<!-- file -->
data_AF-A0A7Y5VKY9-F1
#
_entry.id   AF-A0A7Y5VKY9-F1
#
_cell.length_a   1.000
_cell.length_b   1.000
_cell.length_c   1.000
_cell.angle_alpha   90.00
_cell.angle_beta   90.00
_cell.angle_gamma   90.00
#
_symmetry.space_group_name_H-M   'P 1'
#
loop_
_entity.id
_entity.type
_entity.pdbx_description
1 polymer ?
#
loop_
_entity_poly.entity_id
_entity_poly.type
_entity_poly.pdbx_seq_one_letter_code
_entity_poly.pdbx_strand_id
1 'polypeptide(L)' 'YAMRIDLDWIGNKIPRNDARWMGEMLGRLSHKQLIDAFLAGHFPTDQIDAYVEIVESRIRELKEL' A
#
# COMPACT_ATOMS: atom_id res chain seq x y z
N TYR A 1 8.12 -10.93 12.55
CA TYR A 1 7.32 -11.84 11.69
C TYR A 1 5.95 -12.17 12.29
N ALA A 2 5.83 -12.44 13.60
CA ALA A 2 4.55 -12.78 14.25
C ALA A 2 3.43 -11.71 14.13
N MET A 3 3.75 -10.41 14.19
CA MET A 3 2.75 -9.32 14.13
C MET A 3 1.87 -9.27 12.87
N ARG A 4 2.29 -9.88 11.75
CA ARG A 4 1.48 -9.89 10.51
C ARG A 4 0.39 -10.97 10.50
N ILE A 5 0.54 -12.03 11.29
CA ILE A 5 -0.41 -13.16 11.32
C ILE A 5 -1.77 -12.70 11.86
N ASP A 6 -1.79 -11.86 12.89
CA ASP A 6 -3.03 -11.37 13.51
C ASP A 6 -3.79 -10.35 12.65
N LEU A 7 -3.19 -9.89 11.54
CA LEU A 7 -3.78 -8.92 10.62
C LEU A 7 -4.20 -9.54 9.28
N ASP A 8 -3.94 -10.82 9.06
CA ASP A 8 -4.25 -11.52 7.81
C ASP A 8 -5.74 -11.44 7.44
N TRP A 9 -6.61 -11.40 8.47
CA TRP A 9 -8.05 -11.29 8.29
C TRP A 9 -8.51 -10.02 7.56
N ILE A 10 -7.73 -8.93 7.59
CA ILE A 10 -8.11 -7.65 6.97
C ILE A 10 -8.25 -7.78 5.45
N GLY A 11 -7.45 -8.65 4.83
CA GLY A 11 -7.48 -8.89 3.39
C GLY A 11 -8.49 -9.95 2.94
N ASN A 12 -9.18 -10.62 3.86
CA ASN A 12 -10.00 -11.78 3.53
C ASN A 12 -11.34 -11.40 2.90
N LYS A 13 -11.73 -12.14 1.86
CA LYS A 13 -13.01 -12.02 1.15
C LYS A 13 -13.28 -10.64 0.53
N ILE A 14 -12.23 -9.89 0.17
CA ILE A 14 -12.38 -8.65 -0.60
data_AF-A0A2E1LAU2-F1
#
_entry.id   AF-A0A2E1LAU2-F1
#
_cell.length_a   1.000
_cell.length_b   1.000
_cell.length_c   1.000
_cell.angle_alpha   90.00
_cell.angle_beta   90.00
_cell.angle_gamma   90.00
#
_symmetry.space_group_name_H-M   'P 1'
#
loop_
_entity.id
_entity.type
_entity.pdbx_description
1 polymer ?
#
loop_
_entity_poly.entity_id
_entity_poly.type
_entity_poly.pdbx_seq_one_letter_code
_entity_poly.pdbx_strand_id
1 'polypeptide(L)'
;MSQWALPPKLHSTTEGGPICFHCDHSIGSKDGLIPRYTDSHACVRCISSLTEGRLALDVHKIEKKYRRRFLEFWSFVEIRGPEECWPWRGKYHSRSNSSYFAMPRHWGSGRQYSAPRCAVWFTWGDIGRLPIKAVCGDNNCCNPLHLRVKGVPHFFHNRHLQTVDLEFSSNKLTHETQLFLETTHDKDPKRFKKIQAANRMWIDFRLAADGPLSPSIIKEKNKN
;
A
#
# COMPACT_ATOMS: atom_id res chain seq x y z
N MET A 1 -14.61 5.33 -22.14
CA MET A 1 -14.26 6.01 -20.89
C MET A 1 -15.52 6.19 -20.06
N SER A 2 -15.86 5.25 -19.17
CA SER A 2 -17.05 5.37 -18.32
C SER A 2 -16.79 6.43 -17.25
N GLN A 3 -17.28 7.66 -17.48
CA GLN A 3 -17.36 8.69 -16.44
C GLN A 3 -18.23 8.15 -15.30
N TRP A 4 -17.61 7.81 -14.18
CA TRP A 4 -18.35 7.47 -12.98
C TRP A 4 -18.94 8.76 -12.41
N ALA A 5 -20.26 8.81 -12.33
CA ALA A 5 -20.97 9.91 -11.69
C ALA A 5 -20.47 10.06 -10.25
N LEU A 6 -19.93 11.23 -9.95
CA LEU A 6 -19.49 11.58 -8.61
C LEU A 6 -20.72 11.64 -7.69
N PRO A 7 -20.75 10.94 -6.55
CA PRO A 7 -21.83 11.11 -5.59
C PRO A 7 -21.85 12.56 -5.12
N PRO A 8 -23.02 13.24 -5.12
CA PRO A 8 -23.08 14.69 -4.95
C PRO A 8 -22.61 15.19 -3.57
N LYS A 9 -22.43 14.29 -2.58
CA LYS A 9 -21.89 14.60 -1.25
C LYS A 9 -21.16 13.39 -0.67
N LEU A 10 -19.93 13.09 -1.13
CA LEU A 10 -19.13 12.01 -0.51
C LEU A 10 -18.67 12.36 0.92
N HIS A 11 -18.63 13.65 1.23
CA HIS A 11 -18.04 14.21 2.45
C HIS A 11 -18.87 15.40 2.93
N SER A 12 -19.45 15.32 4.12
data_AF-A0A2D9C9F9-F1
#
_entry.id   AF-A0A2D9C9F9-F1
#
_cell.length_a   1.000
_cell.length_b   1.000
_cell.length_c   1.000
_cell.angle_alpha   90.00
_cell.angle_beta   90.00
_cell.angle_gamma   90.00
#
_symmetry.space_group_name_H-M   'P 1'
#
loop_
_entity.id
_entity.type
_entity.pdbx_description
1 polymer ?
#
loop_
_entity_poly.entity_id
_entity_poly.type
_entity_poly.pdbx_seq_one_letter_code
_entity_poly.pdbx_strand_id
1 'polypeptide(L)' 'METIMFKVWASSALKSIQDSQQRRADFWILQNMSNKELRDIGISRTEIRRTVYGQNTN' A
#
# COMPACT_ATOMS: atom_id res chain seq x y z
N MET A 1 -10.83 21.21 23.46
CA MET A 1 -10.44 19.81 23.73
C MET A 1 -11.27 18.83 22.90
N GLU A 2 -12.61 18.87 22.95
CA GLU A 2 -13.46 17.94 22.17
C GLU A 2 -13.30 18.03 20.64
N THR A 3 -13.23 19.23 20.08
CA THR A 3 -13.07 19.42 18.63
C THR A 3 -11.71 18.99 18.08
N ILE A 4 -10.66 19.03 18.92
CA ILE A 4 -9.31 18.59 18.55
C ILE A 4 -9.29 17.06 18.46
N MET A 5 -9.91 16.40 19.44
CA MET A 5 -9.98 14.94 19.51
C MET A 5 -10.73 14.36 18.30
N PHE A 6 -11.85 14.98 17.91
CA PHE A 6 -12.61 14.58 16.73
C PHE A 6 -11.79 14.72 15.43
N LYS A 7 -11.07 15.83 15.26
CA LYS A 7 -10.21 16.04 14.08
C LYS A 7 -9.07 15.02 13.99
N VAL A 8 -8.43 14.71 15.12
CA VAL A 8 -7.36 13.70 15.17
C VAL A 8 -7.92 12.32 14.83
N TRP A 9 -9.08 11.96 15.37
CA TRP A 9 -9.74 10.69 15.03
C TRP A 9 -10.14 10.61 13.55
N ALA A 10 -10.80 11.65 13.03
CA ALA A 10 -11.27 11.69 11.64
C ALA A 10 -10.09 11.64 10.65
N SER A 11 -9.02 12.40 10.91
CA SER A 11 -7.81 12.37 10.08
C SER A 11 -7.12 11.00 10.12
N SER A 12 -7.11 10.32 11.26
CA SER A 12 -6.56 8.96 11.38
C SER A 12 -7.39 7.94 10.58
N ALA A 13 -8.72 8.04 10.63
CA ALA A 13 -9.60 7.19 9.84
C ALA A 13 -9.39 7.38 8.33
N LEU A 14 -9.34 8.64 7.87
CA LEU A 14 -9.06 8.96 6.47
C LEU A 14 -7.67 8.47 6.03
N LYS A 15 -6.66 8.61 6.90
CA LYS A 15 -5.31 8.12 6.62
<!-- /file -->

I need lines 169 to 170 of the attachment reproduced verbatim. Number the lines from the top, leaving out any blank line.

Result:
N ILE A 4 -10.66 19.03 18.92
CA ILE A 4 -9.31 18.59 18.55